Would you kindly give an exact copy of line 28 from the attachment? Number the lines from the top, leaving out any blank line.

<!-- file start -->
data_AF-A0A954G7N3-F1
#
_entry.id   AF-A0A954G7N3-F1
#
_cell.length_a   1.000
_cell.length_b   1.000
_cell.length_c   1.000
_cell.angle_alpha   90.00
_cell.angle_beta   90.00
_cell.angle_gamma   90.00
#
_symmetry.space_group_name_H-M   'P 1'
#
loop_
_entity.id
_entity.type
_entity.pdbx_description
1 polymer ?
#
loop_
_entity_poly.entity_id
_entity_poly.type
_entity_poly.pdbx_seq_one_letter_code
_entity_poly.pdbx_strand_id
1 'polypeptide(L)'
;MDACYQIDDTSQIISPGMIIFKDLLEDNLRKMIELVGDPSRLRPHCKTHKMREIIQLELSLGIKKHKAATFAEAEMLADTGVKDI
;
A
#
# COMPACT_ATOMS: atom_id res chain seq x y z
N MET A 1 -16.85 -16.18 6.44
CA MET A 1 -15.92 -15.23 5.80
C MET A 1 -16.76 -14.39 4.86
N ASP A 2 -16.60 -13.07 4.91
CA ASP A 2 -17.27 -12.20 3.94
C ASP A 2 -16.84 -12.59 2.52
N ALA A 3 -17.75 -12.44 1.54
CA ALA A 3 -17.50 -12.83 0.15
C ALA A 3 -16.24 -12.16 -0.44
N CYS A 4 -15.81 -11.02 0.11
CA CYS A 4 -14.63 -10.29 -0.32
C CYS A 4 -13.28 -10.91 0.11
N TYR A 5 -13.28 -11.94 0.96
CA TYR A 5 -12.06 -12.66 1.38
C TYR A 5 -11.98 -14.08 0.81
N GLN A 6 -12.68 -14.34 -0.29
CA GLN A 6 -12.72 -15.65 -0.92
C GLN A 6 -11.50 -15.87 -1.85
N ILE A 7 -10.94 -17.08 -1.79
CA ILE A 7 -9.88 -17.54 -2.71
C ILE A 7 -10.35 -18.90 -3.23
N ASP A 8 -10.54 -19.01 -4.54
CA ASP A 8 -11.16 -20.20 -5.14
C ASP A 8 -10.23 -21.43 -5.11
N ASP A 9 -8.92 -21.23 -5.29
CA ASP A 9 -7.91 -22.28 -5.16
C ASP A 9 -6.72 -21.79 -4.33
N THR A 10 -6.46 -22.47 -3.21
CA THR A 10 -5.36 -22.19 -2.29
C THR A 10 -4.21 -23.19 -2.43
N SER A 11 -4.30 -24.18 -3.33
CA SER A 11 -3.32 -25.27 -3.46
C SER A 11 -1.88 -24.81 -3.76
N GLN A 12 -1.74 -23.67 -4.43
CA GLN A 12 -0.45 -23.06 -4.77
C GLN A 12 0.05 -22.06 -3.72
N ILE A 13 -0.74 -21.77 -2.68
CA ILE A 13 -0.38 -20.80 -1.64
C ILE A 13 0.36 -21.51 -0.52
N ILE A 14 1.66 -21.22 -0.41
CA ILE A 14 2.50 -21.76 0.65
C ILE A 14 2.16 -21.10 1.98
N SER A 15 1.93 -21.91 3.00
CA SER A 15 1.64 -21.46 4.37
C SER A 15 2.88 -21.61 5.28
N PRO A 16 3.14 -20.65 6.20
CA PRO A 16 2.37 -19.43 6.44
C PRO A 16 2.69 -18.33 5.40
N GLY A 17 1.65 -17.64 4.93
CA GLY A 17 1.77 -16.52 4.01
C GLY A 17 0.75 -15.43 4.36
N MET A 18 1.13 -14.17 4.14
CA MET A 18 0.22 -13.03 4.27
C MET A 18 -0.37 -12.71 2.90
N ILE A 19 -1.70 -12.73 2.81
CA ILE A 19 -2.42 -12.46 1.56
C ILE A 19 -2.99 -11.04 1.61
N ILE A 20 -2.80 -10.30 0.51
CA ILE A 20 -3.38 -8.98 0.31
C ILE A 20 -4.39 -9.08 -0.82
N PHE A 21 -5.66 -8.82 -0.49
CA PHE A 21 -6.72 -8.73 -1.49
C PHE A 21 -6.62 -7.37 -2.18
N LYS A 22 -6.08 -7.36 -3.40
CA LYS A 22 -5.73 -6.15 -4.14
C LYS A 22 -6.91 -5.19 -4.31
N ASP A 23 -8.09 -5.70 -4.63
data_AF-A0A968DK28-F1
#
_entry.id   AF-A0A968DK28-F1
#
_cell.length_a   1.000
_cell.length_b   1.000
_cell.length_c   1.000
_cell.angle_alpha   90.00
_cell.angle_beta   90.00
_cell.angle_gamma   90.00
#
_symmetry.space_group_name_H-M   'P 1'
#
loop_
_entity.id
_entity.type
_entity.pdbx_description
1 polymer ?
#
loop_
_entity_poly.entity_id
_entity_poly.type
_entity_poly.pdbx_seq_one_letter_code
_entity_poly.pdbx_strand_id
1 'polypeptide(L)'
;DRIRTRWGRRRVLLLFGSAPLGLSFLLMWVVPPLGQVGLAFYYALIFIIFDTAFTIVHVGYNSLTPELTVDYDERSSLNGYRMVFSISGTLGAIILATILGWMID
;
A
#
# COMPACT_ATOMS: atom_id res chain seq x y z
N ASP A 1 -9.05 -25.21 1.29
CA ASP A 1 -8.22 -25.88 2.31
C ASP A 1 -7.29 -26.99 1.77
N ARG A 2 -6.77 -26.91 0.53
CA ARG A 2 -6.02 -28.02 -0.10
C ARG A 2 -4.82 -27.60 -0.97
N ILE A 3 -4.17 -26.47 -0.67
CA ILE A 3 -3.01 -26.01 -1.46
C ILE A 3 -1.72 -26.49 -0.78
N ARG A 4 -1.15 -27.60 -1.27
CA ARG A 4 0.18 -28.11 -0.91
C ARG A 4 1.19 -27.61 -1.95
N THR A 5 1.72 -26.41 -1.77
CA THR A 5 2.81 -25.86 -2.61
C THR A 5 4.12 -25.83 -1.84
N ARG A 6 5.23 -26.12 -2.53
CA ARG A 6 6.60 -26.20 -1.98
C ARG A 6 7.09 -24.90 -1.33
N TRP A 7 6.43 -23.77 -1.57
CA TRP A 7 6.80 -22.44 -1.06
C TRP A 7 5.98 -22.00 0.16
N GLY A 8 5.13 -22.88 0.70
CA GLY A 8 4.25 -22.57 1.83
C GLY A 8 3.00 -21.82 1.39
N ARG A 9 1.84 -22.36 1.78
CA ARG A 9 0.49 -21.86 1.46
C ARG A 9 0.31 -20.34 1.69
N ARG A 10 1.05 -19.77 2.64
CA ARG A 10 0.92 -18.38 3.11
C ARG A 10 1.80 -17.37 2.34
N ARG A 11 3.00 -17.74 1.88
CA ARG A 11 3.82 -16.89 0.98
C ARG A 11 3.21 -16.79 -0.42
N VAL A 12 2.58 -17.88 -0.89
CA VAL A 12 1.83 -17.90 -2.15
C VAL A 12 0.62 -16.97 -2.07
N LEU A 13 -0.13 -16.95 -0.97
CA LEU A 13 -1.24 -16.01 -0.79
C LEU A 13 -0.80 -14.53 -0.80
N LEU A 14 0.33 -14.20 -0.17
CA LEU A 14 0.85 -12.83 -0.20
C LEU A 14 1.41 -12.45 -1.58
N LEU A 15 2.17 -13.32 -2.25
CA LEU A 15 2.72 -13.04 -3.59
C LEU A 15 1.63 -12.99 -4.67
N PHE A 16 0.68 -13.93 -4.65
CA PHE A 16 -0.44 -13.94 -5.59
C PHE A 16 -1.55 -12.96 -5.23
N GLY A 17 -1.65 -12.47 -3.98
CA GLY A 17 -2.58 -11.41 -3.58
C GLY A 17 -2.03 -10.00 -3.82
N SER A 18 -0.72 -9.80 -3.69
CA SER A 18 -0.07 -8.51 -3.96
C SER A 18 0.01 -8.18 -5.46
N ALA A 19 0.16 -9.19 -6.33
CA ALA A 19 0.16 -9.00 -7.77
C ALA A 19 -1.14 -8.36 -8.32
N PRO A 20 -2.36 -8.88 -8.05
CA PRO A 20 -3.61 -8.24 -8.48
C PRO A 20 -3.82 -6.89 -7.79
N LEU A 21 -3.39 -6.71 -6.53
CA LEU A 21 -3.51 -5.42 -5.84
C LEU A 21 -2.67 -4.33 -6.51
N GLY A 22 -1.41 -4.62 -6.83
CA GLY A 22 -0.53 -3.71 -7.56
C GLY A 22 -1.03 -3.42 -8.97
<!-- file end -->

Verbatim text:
A